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    I have a DeVere 504 with dichroic head which I use for for 120 and 4x5 in b&w (and soon colour). I have a Durst 138s with condensor head for 4x5 and 5x7, in b&w. I find having the two means less messing around with setup. I also use the Durst for negatives which are better suited to the condensor head.
     
  15. jeroldharter

    jeroldharter Member

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    Others have listed all the reasons I can think of. I just added a second 4x5 enlarger for some of the reasons listed but have not had a chance to use it yet. It is a Beseler 45 MXT and I am not used to aligning it. My other is a Beseler 45 VXL.

    I added a second because it was so cheap that I couldn't resist. I got the enlarger with a 45S Dichroic light source for under $400. It even came with Nikkor 50/80/135 mm lenses. I plan to set up the second for 6x7 format and the first for 4x5 which I use the most. The 4x5 is already set up for flashing. The light sources are redundant.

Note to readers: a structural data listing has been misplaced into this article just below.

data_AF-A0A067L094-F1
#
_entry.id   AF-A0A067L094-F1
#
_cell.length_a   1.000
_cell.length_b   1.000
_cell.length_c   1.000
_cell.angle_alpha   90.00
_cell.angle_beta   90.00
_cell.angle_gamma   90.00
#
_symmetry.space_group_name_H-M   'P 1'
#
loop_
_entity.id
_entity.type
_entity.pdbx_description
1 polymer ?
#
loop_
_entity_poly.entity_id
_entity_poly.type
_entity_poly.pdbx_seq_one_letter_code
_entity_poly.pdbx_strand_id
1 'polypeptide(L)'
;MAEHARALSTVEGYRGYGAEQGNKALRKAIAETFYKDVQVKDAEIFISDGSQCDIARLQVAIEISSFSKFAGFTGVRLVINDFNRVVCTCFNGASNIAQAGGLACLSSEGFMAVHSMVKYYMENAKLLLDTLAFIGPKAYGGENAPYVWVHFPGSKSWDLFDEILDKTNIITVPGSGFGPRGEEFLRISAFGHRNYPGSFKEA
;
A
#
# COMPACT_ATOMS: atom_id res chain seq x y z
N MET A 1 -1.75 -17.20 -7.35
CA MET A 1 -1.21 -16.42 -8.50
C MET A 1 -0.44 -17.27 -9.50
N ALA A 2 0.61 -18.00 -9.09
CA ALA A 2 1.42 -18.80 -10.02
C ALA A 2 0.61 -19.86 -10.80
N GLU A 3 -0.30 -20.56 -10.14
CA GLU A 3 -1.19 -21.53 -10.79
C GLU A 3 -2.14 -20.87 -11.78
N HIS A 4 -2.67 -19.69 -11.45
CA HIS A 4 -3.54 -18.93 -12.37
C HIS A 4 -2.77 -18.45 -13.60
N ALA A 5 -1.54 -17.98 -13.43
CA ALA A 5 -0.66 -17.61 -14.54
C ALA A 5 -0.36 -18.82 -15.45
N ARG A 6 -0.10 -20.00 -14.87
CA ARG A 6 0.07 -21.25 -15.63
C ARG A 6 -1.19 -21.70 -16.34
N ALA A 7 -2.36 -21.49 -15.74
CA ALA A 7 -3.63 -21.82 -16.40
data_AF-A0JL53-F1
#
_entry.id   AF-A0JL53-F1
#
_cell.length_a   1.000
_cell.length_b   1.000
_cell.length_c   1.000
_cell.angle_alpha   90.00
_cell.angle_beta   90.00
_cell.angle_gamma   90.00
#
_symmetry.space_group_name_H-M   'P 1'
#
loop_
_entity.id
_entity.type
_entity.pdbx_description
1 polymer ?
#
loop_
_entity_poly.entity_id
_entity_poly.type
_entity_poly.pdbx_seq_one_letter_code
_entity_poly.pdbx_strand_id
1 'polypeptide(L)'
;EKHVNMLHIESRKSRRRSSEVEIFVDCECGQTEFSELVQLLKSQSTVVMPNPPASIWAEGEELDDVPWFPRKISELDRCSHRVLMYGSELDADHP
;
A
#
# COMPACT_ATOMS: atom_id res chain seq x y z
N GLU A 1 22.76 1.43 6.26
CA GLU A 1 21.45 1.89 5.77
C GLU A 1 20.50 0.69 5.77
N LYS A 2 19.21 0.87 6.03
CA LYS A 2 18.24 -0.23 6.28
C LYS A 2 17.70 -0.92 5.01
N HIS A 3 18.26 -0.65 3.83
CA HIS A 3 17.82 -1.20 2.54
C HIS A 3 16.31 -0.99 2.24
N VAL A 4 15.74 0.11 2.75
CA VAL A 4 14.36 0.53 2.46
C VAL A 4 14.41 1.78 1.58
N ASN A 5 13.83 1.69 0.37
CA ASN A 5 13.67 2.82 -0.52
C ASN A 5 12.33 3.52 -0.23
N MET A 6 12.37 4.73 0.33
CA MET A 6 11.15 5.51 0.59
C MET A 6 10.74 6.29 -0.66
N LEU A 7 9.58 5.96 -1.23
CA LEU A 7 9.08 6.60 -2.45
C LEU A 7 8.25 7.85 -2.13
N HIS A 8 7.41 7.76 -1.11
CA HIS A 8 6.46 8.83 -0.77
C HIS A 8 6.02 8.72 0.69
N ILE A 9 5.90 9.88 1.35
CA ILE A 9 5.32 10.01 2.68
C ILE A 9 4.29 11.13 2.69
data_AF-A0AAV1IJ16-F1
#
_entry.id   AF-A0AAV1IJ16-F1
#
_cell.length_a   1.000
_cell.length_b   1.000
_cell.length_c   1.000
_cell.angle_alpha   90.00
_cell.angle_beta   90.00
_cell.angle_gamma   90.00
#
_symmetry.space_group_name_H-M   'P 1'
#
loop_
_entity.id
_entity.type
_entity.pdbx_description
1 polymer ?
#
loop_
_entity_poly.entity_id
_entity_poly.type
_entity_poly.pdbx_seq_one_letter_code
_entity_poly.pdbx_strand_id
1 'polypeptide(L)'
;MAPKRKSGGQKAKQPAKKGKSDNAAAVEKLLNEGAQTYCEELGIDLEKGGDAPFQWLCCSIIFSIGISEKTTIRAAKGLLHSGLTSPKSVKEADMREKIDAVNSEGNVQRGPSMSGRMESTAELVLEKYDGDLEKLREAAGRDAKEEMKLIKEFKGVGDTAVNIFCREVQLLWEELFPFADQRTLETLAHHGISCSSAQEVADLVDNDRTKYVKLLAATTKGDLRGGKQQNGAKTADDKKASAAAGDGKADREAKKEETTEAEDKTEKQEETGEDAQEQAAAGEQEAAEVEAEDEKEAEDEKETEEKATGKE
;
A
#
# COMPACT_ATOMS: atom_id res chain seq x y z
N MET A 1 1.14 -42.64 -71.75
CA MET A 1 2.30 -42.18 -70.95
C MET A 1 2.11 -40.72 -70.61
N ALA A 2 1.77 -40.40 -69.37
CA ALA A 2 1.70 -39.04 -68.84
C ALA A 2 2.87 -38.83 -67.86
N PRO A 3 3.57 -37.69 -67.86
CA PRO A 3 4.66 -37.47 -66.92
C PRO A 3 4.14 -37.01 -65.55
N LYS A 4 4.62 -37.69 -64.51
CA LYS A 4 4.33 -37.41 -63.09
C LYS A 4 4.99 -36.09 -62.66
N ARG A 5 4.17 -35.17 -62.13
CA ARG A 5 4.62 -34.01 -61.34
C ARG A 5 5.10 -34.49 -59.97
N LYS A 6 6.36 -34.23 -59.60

A couple of downsides of having two enlargers:
    • What about three?
    • Uses a lot of space
     
  16. ic-racer

    ic-racer Member

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    Good point.
     
  17. haris

    haris Guest

    All above reasons plus: less chance to drop lens when changing film format/lenses. Also, less need to change condensors/mixing chambers when change film format. It would be best if one could have 2 enlargers for every film format one use, 1 with diffuser, second with condensors, and then you can think about point light source, cold light, and other variations, so 10 to 15 enlargers would do :smile:
     
  18. nsurit

    nsurit Subscriber